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In a classroom of construction firm Larsen & Toubro s
training center outside the Indian city of Mumbai,
an instructor lifts up a tool and shows it to his stu-
dents: "Clawhandle," he tells them. "Clawhandle,"
chant back the young men, gathered under a picture
of Vishwakarma, the Hindu god for craftsmen.
Prime Minister Narendra Modi is depending on such young
people to realise his dream of turning India from a country
of IT professionals, security guards and low-paid chauffeurs
into a manufacturing and export powerhouse through his
"Make in India" initiative.
India has too few skilled labourers thanks to decades of
neglect in training and it desperately needs electricians,
bricklayers and plumbers.
The shortage means India could squander the potential
demographic dividend of 12 million people joining the labor
market a year, just when China s workforce is expected to
lose 6 million over the next decade because of its aging pop-
"India, so far, has been a country that celebrated knowledge
and intellect. Skills are not celebrated," said Rituparna
Chakraborty, president of Indian Staffing Federation, which
represents the country s employment agencies.
China became a manufacturing giant by steering secondary
school students into formal skilled training programs.
By contrast, in India, students who do not go on to tertiary
education have few vocational options other than govern-
ment-run Industrial Training Institutes (ITIs) that executives
say are poorly managed and often outdated.
For example, the ITI syllabus for car mechanics includes
considerable training on carburettors, which were widely
phased out of cars in the 1990s.
The scant training available means that India only has 3.5
million workers undergoing skills courses a year, compared
with 90 million in China, according to Indian government
The lack of proper training is compounded by prejudice
against manual labour under the Hindu caste system, which
has traditionally left jobs that might get your hands dirty to
the lowest of the low.
As a result, only one in 10 workers in India s construction
industry are skilled, according to government data.
Private companies fill the gap
The government has a goal to provide at least some skills
to 500 million people by 2022. But private companies such
as the Godrej Group are taking matters into their own hands,
recruiting and training workers themselves to be ready with
skilled labor when an economic recovery comes.
"I always say that there is no unemployment in India. It s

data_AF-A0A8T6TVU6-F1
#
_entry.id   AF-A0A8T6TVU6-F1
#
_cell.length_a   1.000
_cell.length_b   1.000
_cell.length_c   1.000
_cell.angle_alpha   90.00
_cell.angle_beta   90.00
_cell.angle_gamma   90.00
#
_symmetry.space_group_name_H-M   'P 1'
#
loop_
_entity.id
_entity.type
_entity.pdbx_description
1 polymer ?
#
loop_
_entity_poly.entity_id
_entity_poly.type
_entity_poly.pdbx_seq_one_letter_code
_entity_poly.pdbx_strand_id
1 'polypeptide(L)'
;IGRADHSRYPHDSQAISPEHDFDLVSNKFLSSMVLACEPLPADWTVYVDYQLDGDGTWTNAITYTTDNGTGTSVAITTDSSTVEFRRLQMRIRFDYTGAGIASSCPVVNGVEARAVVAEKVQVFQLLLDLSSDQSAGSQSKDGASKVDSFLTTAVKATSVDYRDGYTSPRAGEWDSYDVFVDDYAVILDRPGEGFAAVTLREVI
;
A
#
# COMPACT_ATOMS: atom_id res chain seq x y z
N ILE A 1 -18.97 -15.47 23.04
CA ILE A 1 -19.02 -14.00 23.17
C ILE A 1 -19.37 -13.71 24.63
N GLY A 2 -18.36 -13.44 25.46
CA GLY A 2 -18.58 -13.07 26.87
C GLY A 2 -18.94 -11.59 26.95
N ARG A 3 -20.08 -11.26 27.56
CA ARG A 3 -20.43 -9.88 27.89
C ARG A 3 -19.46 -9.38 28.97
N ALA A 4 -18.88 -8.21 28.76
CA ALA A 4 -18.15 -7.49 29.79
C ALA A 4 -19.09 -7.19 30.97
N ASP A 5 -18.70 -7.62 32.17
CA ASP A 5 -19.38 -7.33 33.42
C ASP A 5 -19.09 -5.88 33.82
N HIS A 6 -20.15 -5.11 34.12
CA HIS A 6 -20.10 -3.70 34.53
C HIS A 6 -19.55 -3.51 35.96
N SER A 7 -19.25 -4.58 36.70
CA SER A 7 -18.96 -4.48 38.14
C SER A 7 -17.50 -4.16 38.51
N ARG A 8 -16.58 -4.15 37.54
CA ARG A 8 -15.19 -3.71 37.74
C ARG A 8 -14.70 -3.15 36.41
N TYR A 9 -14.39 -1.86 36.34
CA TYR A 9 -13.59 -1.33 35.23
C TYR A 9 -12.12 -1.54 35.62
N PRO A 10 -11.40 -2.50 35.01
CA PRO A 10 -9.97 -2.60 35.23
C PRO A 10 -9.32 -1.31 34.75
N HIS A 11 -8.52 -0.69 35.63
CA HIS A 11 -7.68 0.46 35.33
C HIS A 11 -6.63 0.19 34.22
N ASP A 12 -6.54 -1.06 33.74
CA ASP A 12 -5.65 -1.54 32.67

only unemployability," said Adi Godrej, whose businesses
range from consumer goods to real estate and infrastruc-
Larsen & Toubro (L&T), the country s biggest construction
company, says it could face a labor shortage next year, just
when it plans to ramp up investment after two years of slow
It hs gone out to rural areas to find recruits and bring them
to sprawling training centres---such as the one in the outskirts
of Mumbai, where young men practice bricklaying and putting
up scaffolding---from which up to 20,000 students graduate
a year, many of them joining L&T.
Yogesh Devdas Dudhpachari, 24, is one of L&T s recruits.
An unskilled motorcycle mechanic, he attended an ITI to
learn carpentry but ended up back at his village without a
job before being taken on by L&T.
"Skill and time is valued here," he said during a break in
India's 'Make in India'
drive lacks skilled labour
his training. "We were not doing anything in our villages."
Even then, companies struggle to find volunteers.
Most young people eschew building and manufacturing
jobs in favour of less physically strenuous work, despite
data showing that wages for professions with acute shortages
such as plumbers and electricians are higher than even
low-level IT engineers.
At L&T s training center in Mumbai, 25 per cent of
people who joined this year have left the three-month
"There is a bit of reluctance ... to join this kind of trade,"
said Ajit Singh, executive vice president of L&T s Corporate
Infrastructure and Services. "The rural youth are used to
staying in their comfort zones in the villages and don t
want to move out to the project sites."
Analysts say the biggest push needs to come from the
government, which has already started easing decades-
old labor rules and is trying to centralize a hodgepodge of
bodies that over-regulate employment.
Modi has also vowed to make skills training a major
plank of his "Make in India" initiative, passing through
parliament a programme that will make it easier for employ-
ers to hire apprentices for two years.
Economists say India needs to go beyond numerical
targets for skills training by lifting the quality of ITIs and
working with the private sector to improve apprenticeship
"The initiatives are in the right direction," said Chetan
Ahya, Morgan Stanley s Asia-Pacific chief economist.
"However, alongside focusing on the quantitative aspect
of skilled labour force the policy makers will also need to
focus on the qualitative aspect of the skill programmes."
India, so far, has been a
country that celebrated
knowledge and intellect. Skills
are not celebrated
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